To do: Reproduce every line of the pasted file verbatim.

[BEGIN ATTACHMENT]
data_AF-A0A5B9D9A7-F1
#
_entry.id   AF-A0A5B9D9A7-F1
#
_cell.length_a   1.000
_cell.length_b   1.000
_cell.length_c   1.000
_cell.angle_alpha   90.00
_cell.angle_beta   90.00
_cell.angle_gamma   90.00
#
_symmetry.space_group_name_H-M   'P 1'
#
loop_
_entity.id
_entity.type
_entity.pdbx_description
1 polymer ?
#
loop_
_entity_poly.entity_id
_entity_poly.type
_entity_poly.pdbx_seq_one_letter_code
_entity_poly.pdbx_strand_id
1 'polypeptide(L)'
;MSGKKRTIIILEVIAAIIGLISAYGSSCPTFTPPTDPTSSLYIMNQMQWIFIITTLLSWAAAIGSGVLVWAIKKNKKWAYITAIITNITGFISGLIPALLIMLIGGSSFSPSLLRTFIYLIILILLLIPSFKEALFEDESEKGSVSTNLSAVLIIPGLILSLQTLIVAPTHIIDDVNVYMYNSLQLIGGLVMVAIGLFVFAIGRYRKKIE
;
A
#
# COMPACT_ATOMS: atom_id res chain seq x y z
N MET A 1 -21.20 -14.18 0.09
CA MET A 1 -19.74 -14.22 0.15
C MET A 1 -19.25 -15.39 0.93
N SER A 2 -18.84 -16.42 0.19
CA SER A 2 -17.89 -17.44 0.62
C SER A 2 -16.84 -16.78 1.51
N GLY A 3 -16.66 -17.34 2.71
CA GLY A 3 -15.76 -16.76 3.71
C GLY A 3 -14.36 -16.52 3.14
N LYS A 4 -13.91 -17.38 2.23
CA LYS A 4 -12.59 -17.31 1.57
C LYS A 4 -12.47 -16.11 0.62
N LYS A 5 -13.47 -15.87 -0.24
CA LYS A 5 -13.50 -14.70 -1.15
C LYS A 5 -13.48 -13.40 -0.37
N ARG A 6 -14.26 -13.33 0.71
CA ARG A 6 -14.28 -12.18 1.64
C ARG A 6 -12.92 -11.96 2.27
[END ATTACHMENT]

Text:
data_AF-A0A5B9D9A7-F1
#
_entry.id   AF-A0A5B9D9A7-F1
#
_cell.length_a   1.000
_cell.length_b   1.000
_cell.length_c   1.000
_cell.angle_alpha   90.00
_cell.angle_beta   90.00
_cell.angle_gamma   90.00
#
_symmetry.space_group_name_H-M   'P 1'
#
loop_
_entity.id
_entity.type
_entity.pdbx_description
1 polymer ?
#
loop_
_entity_poly.entity_id
_entity_poly.type
_entity_poly.pdbx_seq_one_letter_code
_entity_poly.pdbx_strand_id
1 'polypeptide(L)'
;MSGKKRTIIILEVIAAIIGLISAYGSSCPTFTPPTDPTSSLYIMNQMQWIFIITTLLSWAAAIGSGVLVWAIKKNKKWAYITAIITNITGFISGLIPALLIMLIGGSSFSPSLLRTFIYLIILILLLIPSFKEALFEDESEKGSVSTNLSAVLIIPGLILSLQTLIVAPTHIIDDVNVYMYNSLQLIGGLVMVAIGLFVFAIGRYRKKIE
;
A
#
# COMPACT_ATOMS: atom_id res chain seq x y z
N MET A 1 -21.20 -14.18 0.09
CA MET A 1 -19.74 -14.22 0.15
C MET A 1 -19.25 -15.39 0.93
N SER A 2 -18.84 -16.42 0.19
CA SER A 2 -17.89 -17.44 0.62
C SER A 2 -16.84 -16.78 1.51
N GLY A 3 -16.66 -17.34 2.71
CA GLY A 3 -15.76 -16.76 3.71
C GLY A 3 -14.36 -16.52 3.14
N LYS A 4 -13.91 -17.38 2.23
CA LYS A 4 -12.59 -17.31 1.57
C LYS A 4 -12.47 -16.11 0.62
N LYS A 5 -13.47 -15.87 -0.24
CA LYS A 5 -13.50 -14.70 -1.15
C LYS A 5 -13.48 -13.40 -0.37
N ARG A 6 -14.26 -13.33 0.71
CA ARG A 6 -14.28 -12.18 1.64
C ARG A 6 -12.92 -11.96 2.27